I went to visit David Bausola and Katie Streten from Imagination: they pulled faces and comprehensively failed to buy me lunch. I first visited Imagination nearly twenty years ago to interview the late, great Ron Herron, a lovely and fascinating man who left a lasting impression and sort of inspired me. I remember thinking: “He’s amazing. I wonder if I could do that – I mean make a living being generally creative and interesting?” No luck with that yet…
Anyway, Bausola and his people are up to something. They’ve decided that our historic resistance to media made by advertisers is dead. Boundaries are blurred, fences down, barriers breached. You know what I mean.
Of course, he’s probably right. The rules that prevent brands from creating their own programming are out-of-date. They belong to the time when you used to ask your Dad “what’s on the other side?” The other side. In those days, with the war not long over and rock n roll still a fairly recent arrival, the risk that the commercial half of the nation’s telly viewing could fall into the hands of a handful of corporations really animated legislators and regulators.
An instinctive, Reith-era distrust of nasty, cheap commercial media (anything that didn’t have Malcolm Muggeridge in it, really) didn’t help. Laws were framed limiting what advertisers could do in the broadcast media. Only lately have these laws been eased enough to allow manufacturers to wrap their brands around TV programming again. They still can’t make their own shows and pitch them alongside the other commercial production houses, though.
In Bausola’s world, of course, things are totally different. Media regulation simply doesn’t apply. Ofcom, Britain’s recently assembled media super-regulator (responsible for everything from radio masts to Tinky Winky’s sexuality and quiz show phone lines) has deliberately steered clear. The net is explicitly excluded from Ofcom’s remit. So, as a result, what we’re seeing online in Britain is a fascinating experiment in free market media governance. Media owners online are limited not by a menu of tailor-made rules like broadcasters but by two things: the market and the statute book.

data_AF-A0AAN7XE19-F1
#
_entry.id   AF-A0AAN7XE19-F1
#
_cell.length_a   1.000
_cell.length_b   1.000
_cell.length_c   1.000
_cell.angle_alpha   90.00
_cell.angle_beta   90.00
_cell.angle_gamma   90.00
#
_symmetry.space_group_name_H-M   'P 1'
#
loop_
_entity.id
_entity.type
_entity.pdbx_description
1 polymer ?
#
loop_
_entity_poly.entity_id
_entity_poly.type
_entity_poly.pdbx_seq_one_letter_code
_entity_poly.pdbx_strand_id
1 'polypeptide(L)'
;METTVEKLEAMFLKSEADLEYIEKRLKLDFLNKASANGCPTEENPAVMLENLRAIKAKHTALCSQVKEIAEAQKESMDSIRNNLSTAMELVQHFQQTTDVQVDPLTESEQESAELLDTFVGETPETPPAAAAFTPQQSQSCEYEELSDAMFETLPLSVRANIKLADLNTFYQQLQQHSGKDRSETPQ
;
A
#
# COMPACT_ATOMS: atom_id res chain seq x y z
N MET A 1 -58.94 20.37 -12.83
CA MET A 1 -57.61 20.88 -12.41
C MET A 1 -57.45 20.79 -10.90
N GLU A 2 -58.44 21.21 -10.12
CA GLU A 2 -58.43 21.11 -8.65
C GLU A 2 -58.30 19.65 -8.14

So what Bausola and his client have done is something that would be quite impossible in the broadcast world: media that is visibly owned by a consumer brand – by Ford in fact. They’ve assembled a pot pourri (did I just say ‘pot pourri’?) of social media gadgets (a blog, a wiki, a video sharing web site, a photo sharing web site… none of which belongs to Ford) and animated the whole lot with some genuinely funny and offbeat content from Steve Coogan’s Baby Cow.
The result is something with the feel of a cheeky BBC 3 comedy delivered in the ironic, discontinuous manner we’re probably going to have to get used to online. The thing is, the final form of ‘online content’ is hardly fixed. Bausola’s version – a scrapbook of materials in various media, sharing narrative elements, characters and settings – may be it, of course. My guess, though, is that we’ll see a resurgence of the linear narrative. Stories are so important to human beings (in every culture, in every time) that we’re highly unlikely to set them aside all together.
We’re also likely to lose patience fairly quickly with choppy, stroboscopic forms that trash the ancient pleasures and rhythms of narrative. Where are the Joneses is a story, structured – like The Wind in The Willows or The Godfather or The Aenid – by the passage of time. In this it hardly varies a tradition as old as language. It remains to be seen whether its reliance on multiple parallel narrative axes, quite demanding jumps from medium to medium (and site to site) and an arbitrarily periodic structure, will win it millions of switched-on, hyper-linked viewers or just leave them wondering what’s going on.